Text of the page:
By Georgiana Mihaila, Associate Editor
In one of the largest inbound investments in Miami history, Asia’s third largest casino company has reported paying $236 million for the Miami Herald building and the 14 acres of waterfront land surrounding it.
The buyer, a company of the Genting Group that owns Norwegian Cruise Line, acquired the waterfront land from McClatchy Co. for a planned major entertainment and residential project in downtown Miami. Until February, McClatchy was under contract with developer Mark Siffin for 10 acres worth of land; the $190 million planned deal did not include the waterfront parcel nor the media headquarters. While Siffin initially planned a mixed-use project with both residential towers and retail for the 10 acres, his plan took a turn as he replaced the residential component with a parking garage topped by skyscraper-sized electronic billboards that he is currently seeking to relocate in a nearby area.
The proposed project will be called Resorts World Miami. Funding will come from the Genting Group; still gambling does not play a major role in the development if any at all, pending Miami-Dade County approval for on-site or state-wide gambling permission. What Resorts World Miami will definitely include are several hotel, convention, entertainment, retail, residential, and commercial facilities.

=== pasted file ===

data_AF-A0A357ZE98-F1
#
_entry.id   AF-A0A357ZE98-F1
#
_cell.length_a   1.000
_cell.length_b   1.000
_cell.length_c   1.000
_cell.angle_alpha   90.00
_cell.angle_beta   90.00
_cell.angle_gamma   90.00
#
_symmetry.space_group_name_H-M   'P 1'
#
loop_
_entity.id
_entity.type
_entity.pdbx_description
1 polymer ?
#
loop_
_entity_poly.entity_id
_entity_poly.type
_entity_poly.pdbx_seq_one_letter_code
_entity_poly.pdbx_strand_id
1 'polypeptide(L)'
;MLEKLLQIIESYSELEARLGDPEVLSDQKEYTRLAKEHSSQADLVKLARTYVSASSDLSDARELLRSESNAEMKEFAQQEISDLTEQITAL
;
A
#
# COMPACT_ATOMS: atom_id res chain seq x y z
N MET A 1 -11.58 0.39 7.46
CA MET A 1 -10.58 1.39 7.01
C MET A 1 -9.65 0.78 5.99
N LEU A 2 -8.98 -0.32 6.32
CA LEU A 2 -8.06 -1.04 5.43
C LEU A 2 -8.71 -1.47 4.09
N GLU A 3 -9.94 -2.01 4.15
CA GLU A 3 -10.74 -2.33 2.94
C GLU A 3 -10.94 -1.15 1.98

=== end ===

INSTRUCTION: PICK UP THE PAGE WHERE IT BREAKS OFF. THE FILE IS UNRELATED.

According to Mike Speller, president of Resorts World Miami, the over 7 million sq. ft. master plan will also be developed by Genting and will be bordered by 800 feet of waterfront on Biscayne Bay to the east, MacArthur Causeway (part of Interstate 395) on the south, Biscayne Boulevard (part of U.S. 1) on the west and the Venetian Causeway on the north. With both causeways linking Miami International Airport to downtown Miami as well as South Beach and Adrienne Arsht Center for Performing Arts directly adjacent to the site, Resorts World Miami is likely to become a landmark mixed-use development for Miami, Florida and the United States.
During the next two years, both The Miami Herald and El Nuevo Herald will continue to operate from their current location, rent-free, while McClatchy scouts other sites to relocate its media operations.